This passage reveals some very important things. One is that God was working in this pagan woman, much the same way as He did Peter when he accurately identified Jesus as the Christ, the Son of the Living God (Mt 16). How on earth would this pagan woman know to call Jesus the Son of David and turn to Him for help? It was God who moved her. Why? He wanted to reveal to everyone, most especially the Disciples, that the Gentiles were going to be brought under the covering of the New Covenant. Remember, the Disciples just wanted to send her away, but Jesus does not send anyone away who truly seeks Him. When Jesus says “I was sent to bring back the lost sheep of Israel” there are two things happening. One is that He is saying He is the One, the expected Messiah, Who would bring back the lost sheep of Israel (Ez 34:23-24). He’s actually saying that He is going to fulfill a messianic prophecy. The second important thing is that the woman can be seen as representative of those lost sheep. To understand this, we must remember our biblical history. What happened to those northern tribes of Israel? Where did those lost sheep go? Centuries before they had conquered by pagan armies and the ones who survived were absorbed into pagan culture. The “lost tribes” became part of the “nations”, their descendants were of Israelite heritage but they were now Gentiles. The Messiah has to come for the lost sheep of Israel precisely by reaching out into the nations. What we see in this extraordinary passage is the beginning of the work of bringing the lost tribes back to God as well as those Gentiles who were never even under the Old Covenant. However, they are coming back to God under the New Covenant, not the Old Covenant. So the Apostles (who are the first leaders of our Church) were later commanded to go out into* the nations* to baptize and bring the nations into the Church. By doing so, Jesus, the Messiah, is bringing the lost sheep back into their fold (as well as all of humanity who would believe in Him).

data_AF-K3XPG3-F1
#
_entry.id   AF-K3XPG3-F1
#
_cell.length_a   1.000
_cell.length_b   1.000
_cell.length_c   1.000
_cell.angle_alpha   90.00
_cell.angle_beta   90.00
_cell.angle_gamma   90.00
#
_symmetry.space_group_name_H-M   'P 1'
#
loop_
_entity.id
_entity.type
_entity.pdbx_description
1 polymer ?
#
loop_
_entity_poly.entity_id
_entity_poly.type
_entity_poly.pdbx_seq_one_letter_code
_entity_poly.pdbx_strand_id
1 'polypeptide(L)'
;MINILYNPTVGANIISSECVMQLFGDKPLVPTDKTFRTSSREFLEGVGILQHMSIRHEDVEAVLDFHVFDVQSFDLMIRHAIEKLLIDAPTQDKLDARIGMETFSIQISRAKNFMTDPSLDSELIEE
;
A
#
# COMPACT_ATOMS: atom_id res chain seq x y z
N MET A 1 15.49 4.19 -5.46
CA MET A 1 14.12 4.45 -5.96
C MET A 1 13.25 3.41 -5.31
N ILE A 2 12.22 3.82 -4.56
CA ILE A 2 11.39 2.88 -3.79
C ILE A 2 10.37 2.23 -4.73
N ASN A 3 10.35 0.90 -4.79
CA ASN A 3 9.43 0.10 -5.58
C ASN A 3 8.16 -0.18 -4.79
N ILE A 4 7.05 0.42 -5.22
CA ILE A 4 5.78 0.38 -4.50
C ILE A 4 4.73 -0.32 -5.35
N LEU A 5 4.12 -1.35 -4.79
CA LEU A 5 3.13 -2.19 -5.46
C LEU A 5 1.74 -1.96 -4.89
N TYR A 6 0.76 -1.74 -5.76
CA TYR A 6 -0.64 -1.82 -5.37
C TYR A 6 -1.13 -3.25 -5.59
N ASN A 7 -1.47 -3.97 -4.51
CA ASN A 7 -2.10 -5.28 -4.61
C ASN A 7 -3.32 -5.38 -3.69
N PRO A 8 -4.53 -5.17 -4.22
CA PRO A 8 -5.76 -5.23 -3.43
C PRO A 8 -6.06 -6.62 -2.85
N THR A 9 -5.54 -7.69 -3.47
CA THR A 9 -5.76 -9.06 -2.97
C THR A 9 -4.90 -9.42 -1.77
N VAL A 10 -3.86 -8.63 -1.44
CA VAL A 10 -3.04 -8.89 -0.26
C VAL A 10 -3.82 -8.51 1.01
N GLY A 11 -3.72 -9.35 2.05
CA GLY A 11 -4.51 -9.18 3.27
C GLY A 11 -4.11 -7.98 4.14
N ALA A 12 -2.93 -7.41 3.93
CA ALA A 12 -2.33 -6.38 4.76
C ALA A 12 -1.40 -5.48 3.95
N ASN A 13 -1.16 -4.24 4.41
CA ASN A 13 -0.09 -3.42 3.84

I agree with others that Jesus is really putting the woman to the test. She is undeterred. This is another great example for us. When we seek Jesus, there are often trials and obstacles. Are we just going to give up? No way! Jesus is likely putting her to the test precisely so we can see and the Disciples could see her unshakeable faith. He wasn’t being mean or ornery, He was teaching.
This passage is way deeper than it would appear on the surface. Really good stuff!
PS. Our priest said today that lots of commentators try to sugarcoat the part about the dogs. Don’t fall for that, he said, that** is** how Jews thought of Gentiles. Jesus is putting it out there for us to see. When the Disciples heard this they were probably thinking “Yeah, go home dog!” But then Jesus healed her daughter! He recognized her faith-- as He does in other Gospel passages with other Gentiles. I can only imagine how this confused the Disciples but it was just another seed Jesus was planting for later on. Another thing that our priest said is that it should make you pause and think of how you think of people of other religions or non-believers.